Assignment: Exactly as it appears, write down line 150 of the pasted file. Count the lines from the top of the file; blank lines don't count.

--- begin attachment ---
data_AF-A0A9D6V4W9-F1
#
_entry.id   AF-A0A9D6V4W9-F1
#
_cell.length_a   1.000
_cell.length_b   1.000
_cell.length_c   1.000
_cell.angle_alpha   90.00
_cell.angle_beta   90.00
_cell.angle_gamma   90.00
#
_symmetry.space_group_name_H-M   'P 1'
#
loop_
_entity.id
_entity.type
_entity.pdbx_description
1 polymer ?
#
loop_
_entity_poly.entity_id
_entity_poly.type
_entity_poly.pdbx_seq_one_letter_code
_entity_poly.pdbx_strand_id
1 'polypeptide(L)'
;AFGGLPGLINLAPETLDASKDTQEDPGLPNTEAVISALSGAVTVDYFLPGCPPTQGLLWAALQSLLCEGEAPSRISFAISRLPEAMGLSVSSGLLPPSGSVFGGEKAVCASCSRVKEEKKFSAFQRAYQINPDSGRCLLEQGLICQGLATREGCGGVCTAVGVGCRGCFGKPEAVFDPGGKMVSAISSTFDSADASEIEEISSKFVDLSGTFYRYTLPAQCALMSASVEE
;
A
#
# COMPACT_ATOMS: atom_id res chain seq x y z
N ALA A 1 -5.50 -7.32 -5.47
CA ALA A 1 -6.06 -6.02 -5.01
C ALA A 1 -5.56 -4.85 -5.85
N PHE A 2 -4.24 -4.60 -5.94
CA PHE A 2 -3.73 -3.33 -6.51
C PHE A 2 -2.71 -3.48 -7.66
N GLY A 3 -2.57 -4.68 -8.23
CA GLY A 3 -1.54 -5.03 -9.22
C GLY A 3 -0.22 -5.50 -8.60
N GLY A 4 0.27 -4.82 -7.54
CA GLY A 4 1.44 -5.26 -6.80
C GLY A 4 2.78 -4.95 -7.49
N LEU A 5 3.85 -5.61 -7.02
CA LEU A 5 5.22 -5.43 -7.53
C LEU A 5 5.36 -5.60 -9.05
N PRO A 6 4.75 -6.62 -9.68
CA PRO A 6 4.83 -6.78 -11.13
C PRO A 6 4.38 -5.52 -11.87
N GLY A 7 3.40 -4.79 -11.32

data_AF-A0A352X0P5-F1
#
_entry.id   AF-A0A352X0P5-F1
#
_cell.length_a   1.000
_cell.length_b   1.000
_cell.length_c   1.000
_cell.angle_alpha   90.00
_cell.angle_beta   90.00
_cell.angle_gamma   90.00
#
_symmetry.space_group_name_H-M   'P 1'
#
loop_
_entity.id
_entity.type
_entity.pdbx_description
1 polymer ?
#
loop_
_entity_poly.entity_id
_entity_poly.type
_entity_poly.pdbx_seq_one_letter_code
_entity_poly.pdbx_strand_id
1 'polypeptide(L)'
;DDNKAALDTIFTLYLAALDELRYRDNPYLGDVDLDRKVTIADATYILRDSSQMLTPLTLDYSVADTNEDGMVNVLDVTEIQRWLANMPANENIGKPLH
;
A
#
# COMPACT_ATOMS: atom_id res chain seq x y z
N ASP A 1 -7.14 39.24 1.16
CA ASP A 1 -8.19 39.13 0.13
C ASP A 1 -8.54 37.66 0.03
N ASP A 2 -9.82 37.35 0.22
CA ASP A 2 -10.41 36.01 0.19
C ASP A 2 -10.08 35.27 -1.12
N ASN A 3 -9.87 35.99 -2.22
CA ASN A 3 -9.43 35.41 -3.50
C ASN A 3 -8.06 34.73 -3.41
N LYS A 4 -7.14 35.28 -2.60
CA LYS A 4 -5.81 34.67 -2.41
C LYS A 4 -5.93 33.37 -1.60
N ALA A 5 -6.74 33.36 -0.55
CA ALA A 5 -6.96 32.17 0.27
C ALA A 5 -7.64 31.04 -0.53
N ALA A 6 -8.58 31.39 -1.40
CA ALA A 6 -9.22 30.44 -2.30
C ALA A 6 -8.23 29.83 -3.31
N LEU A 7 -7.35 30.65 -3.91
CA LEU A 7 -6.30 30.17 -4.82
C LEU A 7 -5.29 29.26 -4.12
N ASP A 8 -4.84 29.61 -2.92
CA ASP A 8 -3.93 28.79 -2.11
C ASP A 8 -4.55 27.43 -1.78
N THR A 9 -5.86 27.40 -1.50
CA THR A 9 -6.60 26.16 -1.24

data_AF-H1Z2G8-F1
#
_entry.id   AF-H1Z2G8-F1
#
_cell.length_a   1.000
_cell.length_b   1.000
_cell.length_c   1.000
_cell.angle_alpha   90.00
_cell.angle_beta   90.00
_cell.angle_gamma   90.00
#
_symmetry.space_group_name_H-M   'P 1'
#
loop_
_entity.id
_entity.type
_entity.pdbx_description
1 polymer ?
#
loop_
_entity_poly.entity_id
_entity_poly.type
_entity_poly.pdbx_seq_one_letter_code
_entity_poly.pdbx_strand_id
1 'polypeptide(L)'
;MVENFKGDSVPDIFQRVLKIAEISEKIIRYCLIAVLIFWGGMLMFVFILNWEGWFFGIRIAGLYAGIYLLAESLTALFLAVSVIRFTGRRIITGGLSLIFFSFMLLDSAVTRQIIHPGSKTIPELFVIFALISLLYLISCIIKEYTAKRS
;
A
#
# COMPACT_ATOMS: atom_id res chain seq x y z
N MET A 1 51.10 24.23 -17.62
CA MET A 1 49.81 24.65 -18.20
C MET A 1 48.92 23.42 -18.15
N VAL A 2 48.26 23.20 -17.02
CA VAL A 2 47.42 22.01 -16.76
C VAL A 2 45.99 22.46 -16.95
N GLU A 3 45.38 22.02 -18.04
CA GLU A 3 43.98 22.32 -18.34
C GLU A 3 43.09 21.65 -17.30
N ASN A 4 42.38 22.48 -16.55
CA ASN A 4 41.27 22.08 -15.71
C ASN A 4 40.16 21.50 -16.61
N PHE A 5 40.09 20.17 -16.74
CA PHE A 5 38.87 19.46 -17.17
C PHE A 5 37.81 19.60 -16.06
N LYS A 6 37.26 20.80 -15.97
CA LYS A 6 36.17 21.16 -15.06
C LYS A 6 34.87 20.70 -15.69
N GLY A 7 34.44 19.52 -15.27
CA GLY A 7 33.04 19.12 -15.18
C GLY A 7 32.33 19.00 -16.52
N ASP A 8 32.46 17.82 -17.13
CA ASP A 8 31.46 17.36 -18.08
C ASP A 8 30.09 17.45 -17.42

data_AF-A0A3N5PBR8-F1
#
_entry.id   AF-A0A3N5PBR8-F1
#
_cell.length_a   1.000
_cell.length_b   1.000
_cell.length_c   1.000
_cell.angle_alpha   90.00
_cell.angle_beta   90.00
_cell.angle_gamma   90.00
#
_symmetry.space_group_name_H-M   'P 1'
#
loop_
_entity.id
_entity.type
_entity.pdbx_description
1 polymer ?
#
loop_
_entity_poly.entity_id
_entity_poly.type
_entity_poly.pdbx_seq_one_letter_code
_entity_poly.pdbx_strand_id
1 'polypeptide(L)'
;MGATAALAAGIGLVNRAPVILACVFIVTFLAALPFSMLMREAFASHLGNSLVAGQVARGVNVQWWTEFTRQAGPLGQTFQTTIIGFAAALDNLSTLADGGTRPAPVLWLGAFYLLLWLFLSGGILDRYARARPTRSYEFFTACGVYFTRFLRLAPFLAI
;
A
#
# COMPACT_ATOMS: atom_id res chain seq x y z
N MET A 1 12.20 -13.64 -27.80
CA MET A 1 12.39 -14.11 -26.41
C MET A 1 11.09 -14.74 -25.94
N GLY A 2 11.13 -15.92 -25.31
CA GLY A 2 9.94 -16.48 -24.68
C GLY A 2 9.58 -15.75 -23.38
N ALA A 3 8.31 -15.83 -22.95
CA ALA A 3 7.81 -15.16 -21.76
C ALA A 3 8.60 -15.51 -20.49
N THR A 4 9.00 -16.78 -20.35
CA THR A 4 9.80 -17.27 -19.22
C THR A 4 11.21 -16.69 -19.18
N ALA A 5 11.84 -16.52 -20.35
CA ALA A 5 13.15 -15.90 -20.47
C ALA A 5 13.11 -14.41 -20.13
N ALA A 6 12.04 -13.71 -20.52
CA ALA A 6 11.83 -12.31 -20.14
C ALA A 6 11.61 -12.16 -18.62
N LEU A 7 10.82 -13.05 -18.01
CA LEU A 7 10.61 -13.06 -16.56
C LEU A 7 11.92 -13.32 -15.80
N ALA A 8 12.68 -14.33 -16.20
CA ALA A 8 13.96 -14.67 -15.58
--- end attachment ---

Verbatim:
C PHE A 5 37.81 19.60 -16.06